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ABO Blood Group System

History: Karl Landsteiner

Discovered the ABO Blood Group System in 1901 He and his five co-workers began mixing each others red cells and serum together and inadvertently performed the first forward and reverse ABO groupings

Why is it important?

ABO compatibility between donor cell and patient serum is the essential foundation of pretransfusion testing It is the only system with expected antibodies Whether they are IgG or IgM, ABO antibodies can activate complement readily

This means that incompatibilities can cause life threatening situations (transfusion reactions)

ABO antigens:

Biochemical & Genetic Considerations

ABO and H Antigen Genetics

Genes at three separate loci control the occurrence and location of ABO antigens The presence or absence of the A, B, and H antigens is controlled by the H and ABO genes

The presence or absence of the ABH antigens on the red blood cell membrane is controlled by the H gene The presence or absence of the ABH antigens in secretions is indirectly controlled by the Se gene

ABO Antigen Genetics

H gene H and h alleles (h is an amorph) Se gene Se and se alleles (se is an amorph) ABO genes A, B and O alleles

H Antigen

The H gene codes for an enzyme that adds the sugar fucose to the terminal sugar of a precursor substance (PS) The precursor substance (proteins and lipids) is formed on an oligosaccharide chain (the basic structure)

RBC Precursor Structure


RBC

Glucose
Galactose N-acetylglucosamine Galactose

Precursor Substance (stays the same)

Formation of the H antigen


RBC

Glucose

H antigen

Galactose N-acetylglucosamine Galactose

Fucose

H antigen

The H antigen is the foundation upon which A and B antigens are built A and B genes code for enzymes that add a sugar to the H antigen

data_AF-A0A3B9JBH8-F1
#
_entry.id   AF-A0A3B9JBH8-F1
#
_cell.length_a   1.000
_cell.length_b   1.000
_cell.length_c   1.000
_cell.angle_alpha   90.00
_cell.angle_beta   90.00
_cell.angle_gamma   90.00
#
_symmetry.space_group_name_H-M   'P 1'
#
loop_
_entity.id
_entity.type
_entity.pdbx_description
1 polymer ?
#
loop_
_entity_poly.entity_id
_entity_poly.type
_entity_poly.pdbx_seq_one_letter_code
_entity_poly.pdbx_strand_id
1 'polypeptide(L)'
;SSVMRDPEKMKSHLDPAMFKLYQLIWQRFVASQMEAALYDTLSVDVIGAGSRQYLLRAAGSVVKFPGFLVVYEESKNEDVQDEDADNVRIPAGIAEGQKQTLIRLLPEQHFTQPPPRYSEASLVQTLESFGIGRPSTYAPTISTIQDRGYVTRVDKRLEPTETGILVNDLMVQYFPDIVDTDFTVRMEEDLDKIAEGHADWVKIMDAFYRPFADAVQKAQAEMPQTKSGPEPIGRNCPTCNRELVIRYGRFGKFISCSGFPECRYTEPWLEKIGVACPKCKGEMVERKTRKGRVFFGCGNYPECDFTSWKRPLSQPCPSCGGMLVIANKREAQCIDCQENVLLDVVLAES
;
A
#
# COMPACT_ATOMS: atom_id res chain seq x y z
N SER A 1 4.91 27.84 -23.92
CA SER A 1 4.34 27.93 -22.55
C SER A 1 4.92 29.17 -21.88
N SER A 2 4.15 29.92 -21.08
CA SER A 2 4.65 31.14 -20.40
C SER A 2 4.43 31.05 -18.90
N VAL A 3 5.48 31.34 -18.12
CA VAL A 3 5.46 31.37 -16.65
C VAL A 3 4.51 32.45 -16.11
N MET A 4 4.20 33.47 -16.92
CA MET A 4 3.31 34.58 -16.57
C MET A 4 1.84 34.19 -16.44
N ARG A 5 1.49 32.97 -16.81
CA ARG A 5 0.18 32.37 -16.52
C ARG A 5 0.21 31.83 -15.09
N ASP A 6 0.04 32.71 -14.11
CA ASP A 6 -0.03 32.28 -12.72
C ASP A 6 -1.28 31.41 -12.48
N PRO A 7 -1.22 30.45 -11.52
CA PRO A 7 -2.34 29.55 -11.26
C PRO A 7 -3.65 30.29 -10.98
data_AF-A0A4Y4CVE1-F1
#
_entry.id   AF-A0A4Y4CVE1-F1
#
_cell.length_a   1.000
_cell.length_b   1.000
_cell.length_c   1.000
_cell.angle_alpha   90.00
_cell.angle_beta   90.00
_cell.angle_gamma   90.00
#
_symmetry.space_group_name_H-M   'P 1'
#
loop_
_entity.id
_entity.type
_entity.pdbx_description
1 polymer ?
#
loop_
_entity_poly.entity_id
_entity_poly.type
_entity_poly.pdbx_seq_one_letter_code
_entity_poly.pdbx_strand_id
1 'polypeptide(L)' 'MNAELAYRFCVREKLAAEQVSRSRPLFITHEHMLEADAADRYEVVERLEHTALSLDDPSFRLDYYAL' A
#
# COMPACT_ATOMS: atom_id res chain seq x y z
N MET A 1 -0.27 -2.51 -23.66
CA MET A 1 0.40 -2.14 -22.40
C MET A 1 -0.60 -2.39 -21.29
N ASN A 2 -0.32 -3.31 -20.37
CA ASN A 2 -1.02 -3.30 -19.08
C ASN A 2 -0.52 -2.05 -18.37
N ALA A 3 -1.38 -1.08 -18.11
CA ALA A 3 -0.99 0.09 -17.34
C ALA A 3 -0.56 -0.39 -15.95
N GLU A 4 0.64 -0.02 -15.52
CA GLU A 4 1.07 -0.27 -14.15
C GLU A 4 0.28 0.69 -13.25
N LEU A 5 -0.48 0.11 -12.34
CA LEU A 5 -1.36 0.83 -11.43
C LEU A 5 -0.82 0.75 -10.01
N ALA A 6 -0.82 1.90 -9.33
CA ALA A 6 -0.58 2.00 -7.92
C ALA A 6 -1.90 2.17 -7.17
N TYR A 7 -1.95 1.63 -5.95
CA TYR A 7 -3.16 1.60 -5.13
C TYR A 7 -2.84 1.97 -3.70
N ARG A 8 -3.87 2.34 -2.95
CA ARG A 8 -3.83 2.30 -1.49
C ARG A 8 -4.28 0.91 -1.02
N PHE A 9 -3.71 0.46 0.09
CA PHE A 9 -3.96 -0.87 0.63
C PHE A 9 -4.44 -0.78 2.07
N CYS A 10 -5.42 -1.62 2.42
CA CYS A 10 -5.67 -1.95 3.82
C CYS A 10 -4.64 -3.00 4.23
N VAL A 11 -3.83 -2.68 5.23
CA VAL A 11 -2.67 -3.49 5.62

Immunodominant sugars are present at the terminal ends of the chains and confer the ABO antigen specificity

A and B Antigen

The A gene codes for an enzyme (transferase) that adds N-acetylgalactosamine to the terminal sugar of the H antigen

N-acetylgalactosaminyltransferase

The B gene codes for an enzyme that adds D-galactose to the terminal sugar of the H antigen

D-galactosyltransferase

Formation of the A antigen


RBC

Glucose
Galactose N-acetylglucosamine Galactose N-acetylgalactosamine

Fucose

Formation of the B antigen


RBC

Glucose
Galactose N-acetylglucosamine Galactose Galactose

Fucose

Genetics

The H antigen is found on the RBC when you have the Hh or HH genotype, but NOT from the hh genotype The A antigen is found on the RBC when you have the Hh, HH, and A/A, A/O, or A/B genotypes The B antigen is found on the RBC when you have the Hh, HH, and B/B, B/O, or A/B genotypes

H antigen

Certain blood types possess more H antigen than others:

Greatest amount of H

O>A2>B>A2B>A1>A1B

Least amount of H

The O allele

Why do Group O individuals have more H antigen than the other groups? The O gene is a silent allele. It does not alter the structure of the H substance.that means more H antigen sites

A A Group O

A A Group A

Many H antigen sites

Fewer H antigen sites

Most of the H antigen sites in a Group A individual have been converted to the A antigen

ABO Antigens in Secretions

Secretions include body fluids like plasma, saliva, synovial fluid, etc Blood Group Substances are soluble antigens (A, B, and H) that can be found in the secretions. This is controlled by the H and Se genes

Secretor Status

The secretor gene consists of 2 alleles (Se and se) The Se gene is responsible for the expression of the H antigen on glycoprotein structures located in body secretions If the Se allele is inherited as SeSe or Sese, the person is called a secretor

80% of the population are secretors